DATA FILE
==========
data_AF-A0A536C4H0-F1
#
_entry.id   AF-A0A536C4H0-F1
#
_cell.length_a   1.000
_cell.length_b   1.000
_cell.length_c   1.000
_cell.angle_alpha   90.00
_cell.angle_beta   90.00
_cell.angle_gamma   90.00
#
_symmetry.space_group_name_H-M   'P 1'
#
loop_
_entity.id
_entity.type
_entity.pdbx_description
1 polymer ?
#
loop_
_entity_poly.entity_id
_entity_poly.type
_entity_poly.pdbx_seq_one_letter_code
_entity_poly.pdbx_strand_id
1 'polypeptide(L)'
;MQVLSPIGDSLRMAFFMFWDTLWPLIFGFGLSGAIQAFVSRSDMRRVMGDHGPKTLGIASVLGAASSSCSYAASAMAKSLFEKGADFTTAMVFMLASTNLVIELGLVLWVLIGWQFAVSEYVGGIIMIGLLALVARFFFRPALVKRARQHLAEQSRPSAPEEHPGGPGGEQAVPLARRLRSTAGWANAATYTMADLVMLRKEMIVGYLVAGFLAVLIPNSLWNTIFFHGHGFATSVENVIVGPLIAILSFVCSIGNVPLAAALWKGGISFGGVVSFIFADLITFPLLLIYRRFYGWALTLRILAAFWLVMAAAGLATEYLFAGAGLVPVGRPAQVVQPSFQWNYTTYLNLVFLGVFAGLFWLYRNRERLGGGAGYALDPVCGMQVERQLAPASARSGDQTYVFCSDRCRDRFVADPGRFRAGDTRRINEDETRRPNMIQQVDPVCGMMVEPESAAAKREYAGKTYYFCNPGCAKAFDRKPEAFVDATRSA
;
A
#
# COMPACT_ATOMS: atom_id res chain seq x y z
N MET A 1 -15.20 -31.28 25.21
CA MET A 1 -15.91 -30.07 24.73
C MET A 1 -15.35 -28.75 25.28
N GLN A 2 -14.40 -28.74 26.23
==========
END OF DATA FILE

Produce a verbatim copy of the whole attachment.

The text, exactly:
data_AF-A0A536C4H0-F1
#
_entry.id   AF-A0A536C4H0-F1
#
_cell.length_a   1.000
_cell.length_b   1.000
_cell.length_c   1.000
_cell.angle_alpha   90.00
_cell.angle_beta   90.00
_cell.angle_gamma   90.00
#
_symmetry.space_group_name_H-M   'P 1'
#
loop_
_entity.id
_entity.type
_entity.pdbx_description
1 polymer ?
#
loop_
_entity_poly.entity_id
_entity_poly.type
_entity_poly.pdbx_seq_one_letter_code
_entity_poly.pdbx_strand_id
1 'polypeptide(L)'
;MQVLSPIGDSLRMAFFMFWDTLWPLIFGFGLSGAIQAFVSRSDMRRVMGDHGPKTLGIASVLGAASSSCSYAASAMAKSLFEKGADFTTAMVFMLASTNLVIELGLVLWVLIGWQFAVSEYVGGIIMIGLLALVARFFFRPALVKRARQHLAEQSRPSAPEEHPGGPGGEQAVPLARRLRSTAGWANAATYTMADLVMLRKEMIVGYLVAGFLAVLIPNSLWNTIFFHGHGFATSVENVIVGPLIAILSFVCSIGNVPLAAALWKGGISFGGVVSFIFADLITFPLLLIYRRFYGWALTLRILAAFWLVMAAAGLATEYLFAGAGLVPVGRPAQVVQPSFQWNYTTYLNLVFLGVFAGLFWLYRNRERLGGGAGYALDPVCGMQVERQLAPASARSGDQTYVFCSDRCRDRFVADPGRFRAGDTRRINEDETRRPNMIQQVDPVCGMMVEPESAAAKREYAGKTYYFCNPGCAKAFDRKPEAFVDATRSA
;
A
#
# COMPACT_ATOMS: atom_id res chain seq x y z
N MET A 1 -15.20 -31.28 25.21
CA MET A 1 -15.91 -30.07 24.73
C MET A 1 -15.35 -28.75 25.28
N GLN A 2 -14.40 -28.74 26.23